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Anti-c-Met monoclonal antibody ABT-700 breaks oncogene addiction in tumors with MET amplification.

BMC cancer (2016-02-18)
Jieyi Wang, Liliane Goetsch, Lora Tucker, Qian Zhang, Alexandra Gonzalez, Kedar S Vaidya, Anatol Oleksijew, Erwin Boghaert, Minghao Song, Irina Sokolova, Ekaterina Pestova, Mark Anderson, William N Pappano, Peter Ansell, Anahita Bhathena, Louie Naumovski, Nathalie Corvaia, Edward B Reilly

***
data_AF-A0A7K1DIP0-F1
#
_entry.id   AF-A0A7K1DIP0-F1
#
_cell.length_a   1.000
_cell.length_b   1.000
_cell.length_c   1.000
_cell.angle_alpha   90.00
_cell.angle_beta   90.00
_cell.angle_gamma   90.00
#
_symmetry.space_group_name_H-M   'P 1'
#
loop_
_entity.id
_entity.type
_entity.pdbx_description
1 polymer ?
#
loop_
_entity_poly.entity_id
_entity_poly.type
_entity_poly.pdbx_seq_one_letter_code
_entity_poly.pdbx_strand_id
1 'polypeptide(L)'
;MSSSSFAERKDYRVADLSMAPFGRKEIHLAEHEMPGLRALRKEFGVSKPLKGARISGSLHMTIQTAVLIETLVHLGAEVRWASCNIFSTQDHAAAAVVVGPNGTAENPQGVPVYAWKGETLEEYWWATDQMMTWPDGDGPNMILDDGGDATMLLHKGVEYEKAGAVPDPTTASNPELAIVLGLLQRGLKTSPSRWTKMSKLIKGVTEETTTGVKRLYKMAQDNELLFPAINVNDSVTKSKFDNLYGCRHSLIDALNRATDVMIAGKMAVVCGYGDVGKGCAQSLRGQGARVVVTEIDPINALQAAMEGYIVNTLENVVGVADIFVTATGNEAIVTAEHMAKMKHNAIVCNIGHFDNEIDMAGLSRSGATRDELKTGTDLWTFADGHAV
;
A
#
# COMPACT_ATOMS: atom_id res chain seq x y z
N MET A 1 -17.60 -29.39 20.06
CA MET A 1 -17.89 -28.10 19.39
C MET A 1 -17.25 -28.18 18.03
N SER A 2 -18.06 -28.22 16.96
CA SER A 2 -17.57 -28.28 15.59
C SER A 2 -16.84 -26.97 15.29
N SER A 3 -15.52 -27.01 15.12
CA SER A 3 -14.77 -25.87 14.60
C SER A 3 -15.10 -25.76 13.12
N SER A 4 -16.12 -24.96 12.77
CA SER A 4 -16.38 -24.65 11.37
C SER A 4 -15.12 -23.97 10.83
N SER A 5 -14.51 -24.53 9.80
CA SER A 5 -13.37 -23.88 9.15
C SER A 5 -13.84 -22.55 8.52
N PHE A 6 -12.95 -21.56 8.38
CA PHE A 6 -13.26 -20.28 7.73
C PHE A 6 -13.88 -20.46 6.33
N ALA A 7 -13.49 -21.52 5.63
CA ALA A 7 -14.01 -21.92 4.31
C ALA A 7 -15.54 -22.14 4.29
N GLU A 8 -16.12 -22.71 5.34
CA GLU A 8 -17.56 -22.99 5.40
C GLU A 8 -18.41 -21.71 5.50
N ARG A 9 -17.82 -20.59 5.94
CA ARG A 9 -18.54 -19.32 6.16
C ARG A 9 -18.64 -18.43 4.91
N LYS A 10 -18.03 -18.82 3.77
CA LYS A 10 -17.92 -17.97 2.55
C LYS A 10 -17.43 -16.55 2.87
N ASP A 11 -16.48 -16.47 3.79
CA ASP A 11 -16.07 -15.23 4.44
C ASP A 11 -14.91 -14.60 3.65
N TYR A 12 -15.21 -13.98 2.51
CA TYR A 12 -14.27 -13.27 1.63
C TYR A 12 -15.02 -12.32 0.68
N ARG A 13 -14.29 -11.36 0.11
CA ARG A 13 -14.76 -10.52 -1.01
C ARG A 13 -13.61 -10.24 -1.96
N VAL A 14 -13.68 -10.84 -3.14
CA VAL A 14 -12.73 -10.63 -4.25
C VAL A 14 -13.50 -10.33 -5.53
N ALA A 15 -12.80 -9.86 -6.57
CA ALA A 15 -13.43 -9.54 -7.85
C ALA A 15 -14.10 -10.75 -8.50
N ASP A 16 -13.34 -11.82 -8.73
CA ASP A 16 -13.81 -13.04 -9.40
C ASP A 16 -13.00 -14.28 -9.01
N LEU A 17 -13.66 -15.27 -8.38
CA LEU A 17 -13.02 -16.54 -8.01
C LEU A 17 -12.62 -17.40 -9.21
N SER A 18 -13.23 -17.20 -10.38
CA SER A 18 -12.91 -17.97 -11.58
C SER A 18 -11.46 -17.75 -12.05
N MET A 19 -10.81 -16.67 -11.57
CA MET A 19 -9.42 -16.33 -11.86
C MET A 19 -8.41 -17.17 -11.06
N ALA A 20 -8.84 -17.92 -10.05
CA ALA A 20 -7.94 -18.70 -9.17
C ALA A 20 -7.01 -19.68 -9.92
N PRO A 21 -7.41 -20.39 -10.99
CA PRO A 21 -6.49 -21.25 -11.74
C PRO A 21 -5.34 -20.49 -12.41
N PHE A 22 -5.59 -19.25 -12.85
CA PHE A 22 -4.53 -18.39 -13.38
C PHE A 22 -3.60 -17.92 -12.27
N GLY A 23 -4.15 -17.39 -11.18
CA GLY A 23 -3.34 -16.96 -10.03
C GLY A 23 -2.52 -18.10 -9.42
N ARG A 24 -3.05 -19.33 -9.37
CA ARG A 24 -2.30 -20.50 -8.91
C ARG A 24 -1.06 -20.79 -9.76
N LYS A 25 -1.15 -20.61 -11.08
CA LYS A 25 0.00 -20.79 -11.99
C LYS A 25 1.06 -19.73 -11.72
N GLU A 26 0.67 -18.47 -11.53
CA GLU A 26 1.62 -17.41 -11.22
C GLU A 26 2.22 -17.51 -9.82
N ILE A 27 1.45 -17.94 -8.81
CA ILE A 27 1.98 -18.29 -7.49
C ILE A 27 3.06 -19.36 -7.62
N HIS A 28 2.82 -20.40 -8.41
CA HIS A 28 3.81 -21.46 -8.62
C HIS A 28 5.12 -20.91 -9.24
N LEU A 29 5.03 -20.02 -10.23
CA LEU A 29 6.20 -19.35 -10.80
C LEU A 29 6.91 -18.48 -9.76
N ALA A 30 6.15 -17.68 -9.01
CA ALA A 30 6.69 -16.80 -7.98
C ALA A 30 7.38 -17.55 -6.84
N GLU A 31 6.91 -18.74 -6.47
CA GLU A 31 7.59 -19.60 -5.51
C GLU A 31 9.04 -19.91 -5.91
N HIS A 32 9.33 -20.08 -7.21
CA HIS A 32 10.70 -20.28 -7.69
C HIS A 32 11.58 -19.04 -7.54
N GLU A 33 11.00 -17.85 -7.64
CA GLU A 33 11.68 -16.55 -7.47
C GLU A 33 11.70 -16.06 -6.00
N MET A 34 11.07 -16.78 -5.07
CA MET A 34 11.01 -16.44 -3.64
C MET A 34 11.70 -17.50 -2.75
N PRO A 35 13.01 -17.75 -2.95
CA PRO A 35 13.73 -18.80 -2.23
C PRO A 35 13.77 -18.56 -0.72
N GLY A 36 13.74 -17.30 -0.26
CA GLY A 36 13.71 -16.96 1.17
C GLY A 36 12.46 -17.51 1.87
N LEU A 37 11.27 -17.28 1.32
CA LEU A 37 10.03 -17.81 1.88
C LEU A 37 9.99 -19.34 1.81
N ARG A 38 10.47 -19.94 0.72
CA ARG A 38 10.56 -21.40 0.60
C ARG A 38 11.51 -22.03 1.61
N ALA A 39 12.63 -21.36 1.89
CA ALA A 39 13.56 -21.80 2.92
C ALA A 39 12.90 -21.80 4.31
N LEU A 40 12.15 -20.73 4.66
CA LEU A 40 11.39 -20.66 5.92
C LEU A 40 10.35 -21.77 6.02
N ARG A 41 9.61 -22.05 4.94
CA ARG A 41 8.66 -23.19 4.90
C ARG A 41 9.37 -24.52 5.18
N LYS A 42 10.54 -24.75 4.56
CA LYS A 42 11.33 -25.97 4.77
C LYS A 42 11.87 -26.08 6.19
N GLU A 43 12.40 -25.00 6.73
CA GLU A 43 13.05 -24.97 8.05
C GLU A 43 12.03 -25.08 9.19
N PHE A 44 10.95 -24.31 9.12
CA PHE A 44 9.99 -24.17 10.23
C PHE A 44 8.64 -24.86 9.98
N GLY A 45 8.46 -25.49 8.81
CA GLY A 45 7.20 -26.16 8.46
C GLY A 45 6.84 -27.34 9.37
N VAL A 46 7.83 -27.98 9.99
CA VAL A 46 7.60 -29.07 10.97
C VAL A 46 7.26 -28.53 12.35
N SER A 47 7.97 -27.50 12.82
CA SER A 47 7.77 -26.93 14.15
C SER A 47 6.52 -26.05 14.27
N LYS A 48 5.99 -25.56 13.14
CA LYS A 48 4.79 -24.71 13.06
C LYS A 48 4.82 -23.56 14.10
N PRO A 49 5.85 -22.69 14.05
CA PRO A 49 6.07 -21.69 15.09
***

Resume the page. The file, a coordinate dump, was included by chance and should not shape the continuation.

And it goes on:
c-Met is the receptor tyrosine kinase for hepatocyte growth factor (HGF) encoded by the MET proto-oncogene. Aberrant activation of c-Met resulting from MET amplification and c-Met overexpression is associated with poor clinical outcome in multiple malignancies underscoring the importance of c-Met signaling in cancer progression. Several c-Met inhibitors have advanced to the clinic; however, the development of inhibitory c-Met-directed therapeutic antibodies has been hampered by inherent agonistic activity. We generated and tested a bivalent anti-c-Met monoclonal antibody ABT-700 in vitro for binding potency and antagonistic activity and in vivo for antitumor efficacy in human tumor xenografts. Human cancer cell lines and gastric cancer tissue microarrays were examined for MET amplification by fluorescence in situ hybridization (FISH). ABT-700 exhibits a distinctive ability to block both HGF-independent constitutive c-Met signaling and HGF-dependent activation of c-Met. Cancer cells addicted to the constitutively activated c-Met signaling driven by MET amplification undergo apoptosis upon exposure to ABT-700. ABT-700 induces tumor regression and tumor growth delay in preclinical tumor models of gastric and lung cancers harboring amplified MET. ABT-700 in combination with chemotherapeutics also shows additive antitumor effect. Amplification of MET in human cancer tissues can be identified by FISH. The preclinical attributes of ABT-700 in blocking c-Met signaling, inducing apoptosis and suppressing tumor growth in cancers with amplified MET provide rationale for examining its potential clinical utility for the treatment of cancers harboring MET amplification.

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